As I said earlier, they shouldn’t have been prosecuted for shooting the felon.
Let me guess - you’ve never had to formulate and express a logical arguement.
Thomas, a 25-year-old father of two
What kind of future does one have with a dishonorable discharge? How will he support his wife and children?
There were people there who heard the shots. Everything after that is little more than bean-counting.
Well said, Gene. I’ve heard the government spent $43 million to bring Haditha to trial.
Of course, they saved money on Hamdania by breaking the Marines through “unnecessarily strict conditions of confinement”. But, on top of that, the government still must have spent many millions to destroy lance corporals and sergeants.
“Thomas was held in a brig (including an improvised brig that was a toilet-less conex box out in the sun) for more than a year.”
So the P C Police treat another Marine hero like a dog!!
Man, I’m pissed off!!
That's what I said - they violated the regs.
BTW, not every violation of regulations gets you sent to jail ~ just those which apply to paying your postage. You break those rules and you can go to jail for 10 years on each count. They keep an entire wing available for you at Petersburg ~ call it the Postal Wing ~ although it's usually filled to the gunnals with former postal managers.
Being a bit obtuse today, aren't you?
Go back and read my posts - I have said repeatedly that they deserved firing, not a criminal prosecution.
Yes, just returning in kind.
I don't remember anything like that at all from Savage. After hearing the guilty verdict for this case he still believes that these guys were charged with theses crimes for doing their jobs "too well" and still considers them heroes.
As far as Chessani is concerned, he's given $25,000 of his own money and thanks to him an additional $200,000 + has been donated.
Are you sure you mean LtCol Chessani? Which Marines was that sum donated to?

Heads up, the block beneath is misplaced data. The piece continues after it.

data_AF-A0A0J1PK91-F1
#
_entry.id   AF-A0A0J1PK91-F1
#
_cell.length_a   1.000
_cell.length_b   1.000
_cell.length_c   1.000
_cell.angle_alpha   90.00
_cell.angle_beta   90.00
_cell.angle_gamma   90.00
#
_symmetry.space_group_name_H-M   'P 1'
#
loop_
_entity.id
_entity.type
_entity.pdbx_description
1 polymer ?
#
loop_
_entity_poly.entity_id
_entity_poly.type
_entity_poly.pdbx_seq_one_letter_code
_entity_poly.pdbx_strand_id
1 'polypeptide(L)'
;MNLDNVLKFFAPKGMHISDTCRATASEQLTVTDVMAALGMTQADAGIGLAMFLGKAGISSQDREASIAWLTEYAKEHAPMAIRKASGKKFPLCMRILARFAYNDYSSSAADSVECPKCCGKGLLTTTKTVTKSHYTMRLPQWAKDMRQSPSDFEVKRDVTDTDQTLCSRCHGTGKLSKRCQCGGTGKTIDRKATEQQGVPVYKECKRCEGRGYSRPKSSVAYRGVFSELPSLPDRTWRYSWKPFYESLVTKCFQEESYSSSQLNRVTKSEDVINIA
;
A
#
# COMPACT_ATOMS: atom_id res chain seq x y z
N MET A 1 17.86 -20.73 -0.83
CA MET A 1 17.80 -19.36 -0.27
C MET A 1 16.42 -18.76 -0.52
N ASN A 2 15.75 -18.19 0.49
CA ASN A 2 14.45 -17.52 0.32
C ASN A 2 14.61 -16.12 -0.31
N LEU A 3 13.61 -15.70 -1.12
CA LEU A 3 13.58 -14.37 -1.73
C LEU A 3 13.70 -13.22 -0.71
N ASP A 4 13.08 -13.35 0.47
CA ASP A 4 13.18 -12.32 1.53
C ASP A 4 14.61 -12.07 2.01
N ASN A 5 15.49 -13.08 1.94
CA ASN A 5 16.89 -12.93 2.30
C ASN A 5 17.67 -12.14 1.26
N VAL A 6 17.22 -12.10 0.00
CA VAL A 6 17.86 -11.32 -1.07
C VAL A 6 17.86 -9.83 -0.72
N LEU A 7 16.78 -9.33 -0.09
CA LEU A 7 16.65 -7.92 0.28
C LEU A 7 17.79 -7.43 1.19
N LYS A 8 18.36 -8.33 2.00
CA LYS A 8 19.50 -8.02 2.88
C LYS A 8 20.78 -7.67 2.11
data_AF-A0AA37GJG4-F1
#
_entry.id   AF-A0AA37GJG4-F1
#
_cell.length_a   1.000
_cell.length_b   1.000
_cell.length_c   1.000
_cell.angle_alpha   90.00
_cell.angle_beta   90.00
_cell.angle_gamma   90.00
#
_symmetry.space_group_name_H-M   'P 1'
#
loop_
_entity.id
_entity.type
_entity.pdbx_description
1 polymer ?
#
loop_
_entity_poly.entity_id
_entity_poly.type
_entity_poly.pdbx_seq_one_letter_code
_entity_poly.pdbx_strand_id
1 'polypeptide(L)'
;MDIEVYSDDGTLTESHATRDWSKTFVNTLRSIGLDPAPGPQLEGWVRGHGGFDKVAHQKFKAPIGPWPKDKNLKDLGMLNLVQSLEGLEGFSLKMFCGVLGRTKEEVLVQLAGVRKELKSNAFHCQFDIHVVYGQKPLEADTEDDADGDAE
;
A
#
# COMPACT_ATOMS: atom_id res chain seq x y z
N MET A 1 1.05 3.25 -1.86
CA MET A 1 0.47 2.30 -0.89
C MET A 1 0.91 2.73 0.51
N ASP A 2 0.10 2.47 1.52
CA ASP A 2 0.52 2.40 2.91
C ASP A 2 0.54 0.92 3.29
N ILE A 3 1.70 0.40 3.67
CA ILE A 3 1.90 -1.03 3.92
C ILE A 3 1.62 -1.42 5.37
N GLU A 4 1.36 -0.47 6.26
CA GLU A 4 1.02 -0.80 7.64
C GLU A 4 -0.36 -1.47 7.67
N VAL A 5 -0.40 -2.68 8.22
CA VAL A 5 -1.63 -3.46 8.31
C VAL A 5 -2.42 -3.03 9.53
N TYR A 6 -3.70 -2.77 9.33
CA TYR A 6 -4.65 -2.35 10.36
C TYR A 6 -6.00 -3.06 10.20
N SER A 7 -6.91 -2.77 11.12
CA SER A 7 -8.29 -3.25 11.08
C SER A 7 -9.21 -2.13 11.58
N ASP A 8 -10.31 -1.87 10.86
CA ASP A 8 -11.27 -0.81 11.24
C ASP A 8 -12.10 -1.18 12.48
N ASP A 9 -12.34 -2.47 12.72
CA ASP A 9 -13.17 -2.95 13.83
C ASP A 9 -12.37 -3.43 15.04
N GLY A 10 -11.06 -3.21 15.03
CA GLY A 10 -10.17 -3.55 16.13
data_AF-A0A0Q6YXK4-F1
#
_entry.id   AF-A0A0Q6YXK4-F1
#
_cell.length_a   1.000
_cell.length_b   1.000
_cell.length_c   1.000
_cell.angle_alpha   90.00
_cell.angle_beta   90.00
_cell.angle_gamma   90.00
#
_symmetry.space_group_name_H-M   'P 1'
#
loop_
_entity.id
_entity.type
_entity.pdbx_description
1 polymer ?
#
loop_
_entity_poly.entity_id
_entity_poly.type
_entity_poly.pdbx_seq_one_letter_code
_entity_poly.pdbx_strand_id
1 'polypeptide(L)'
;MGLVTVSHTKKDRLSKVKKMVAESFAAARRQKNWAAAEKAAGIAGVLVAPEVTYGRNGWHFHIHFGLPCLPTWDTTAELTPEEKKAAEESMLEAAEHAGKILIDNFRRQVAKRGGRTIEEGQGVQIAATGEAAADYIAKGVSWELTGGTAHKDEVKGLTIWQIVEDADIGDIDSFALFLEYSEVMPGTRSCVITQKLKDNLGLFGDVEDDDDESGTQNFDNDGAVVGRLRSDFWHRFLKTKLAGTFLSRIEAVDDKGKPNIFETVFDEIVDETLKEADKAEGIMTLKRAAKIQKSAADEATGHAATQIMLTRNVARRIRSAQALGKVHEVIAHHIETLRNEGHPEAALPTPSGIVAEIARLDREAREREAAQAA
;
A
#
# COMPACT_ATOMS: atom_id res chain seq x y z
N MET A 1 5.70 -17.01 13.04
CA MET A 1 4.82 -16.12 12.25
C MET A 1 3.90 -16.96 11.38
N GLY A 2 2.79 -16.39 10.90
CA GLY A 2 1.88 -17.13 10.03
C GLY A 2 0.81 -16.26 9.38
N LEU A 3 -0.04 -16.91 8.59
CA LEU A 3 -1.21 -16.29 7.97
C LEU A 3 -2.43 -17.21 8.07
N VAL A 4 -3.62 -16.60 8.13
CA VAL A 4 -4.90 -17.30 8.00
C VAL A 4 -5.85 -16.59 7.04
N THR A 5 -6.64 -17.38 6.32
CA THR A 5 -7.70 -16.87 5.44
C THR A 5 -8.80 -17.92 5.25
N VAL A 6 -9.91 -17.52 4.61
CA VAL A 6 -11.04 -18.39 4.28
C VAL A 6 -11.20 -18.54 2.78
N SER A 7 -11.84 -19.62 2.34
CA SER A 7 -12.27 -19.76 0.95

Awesome news for Cpl. Thomas and his family. Unbelievable for the others who took a plea. I am glad this turned out this way. He has paid a big enough price already. I had the feeling this Investigating Officer was quite fair-minded with some of the judgements he had made on various motions. But the jury panel saw it for what it was. The Cpl. shot an alleged insurgent vs. a kindly, old, and crippled grandfather. In one hour. Right call.
You noticed the same thing I did. I was under the impression that if an enlisted was courts-martialed then the accused could elect to have up to 1/3 of the courts-martial panel be enlisted, so long as they were not a junior rank. This trial had 1/3 officers, 2/3 enlisted, leaves me a little confused.
The old rule of thumb was never elect to have any of the panel enlisted. They would be an E-8 or E-9 and tend to opt for a harsher sentance than an officer.
I still remember the rule of thumb you describe which is why I found the composition astounding.
So much has been written by so many people who have conflicting opinions on this entire issue that I opt to accept the outcome of the Judicial action. Moreover, the reviews and appeals that will follow will allow a fair outcome.